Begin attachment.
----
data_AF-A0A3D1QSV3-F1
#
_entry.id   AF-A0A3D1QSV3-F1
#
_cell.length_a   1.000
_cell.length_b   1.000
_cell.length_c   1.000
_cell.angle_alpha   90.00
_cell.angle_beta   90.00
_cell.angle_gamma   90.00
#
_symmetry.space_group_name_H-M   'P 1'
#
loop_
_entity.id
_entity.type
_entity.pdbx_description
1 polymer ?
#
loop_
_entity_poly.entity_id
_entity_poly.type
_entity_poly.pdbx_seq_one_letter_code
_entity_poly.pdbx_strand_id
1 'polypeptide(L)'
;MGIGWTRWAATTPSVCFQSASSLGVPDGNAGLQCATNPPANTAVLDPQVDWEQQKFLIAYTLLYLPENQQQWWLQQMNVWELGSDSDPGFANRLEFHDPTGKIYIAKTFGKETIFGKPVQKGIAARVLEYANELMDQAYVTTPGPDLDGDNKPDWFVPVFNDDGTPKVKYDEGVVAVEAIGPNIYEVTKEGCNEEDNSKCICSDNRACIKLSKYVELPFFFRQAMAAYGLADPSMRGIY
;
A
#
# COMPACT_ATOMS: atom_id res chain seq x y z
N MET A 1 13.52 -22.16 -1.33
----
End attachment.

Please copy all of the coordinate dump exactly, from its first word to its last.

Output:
data_AF-A0A3D1QSV3-F1
#
_entry.id   AF-A0A3D1QSV3-F1
#
_cell.length_a   1.000
_cell.length_b   1.000
_cell.length_c   1.000
_cell.angle_alpha   90.00
_cell.angle_beta   90.00
_cell.angle_gamma   90.00
#
_symmetry.space_group_name_H-M   'P 1'
#
loop_
_entity.id
_entity.type
_entity.pdbx_description
1 polymer ?
#
loop_
_entity_poly.entity_id
_entity_poly.type
_entity_poly.pdbx_seq_one_letter_code
_entity_poly.pdbx_strand_id
1 'polypeptide(L)'
;MGIGWTRWAATTPSVCFQSASSLGVPDGNAGLQCATNPPANTAVLDPQVDWEQQKFLIAYTLLYLPENQQQWWLQQMNVWELGSDSDPGFANRLEFHDPTGKIYIAKTFGKETIFGKPVQKGIAARVLEYANELMDQAYVTTPGPDLDGDNKPDWFVPVFNDDGTPKVKYDEGVVAVEAIGPNIYEVTKEGCNEEDNSKCICSDNRACIKLSKYVELPFFFRQAMAAYGLADPSMRGIY
;
A
#
# COMPACT_ATOMS: atom_id res chain seq x y z
N MET A 1 13.52 -22.16 -1.33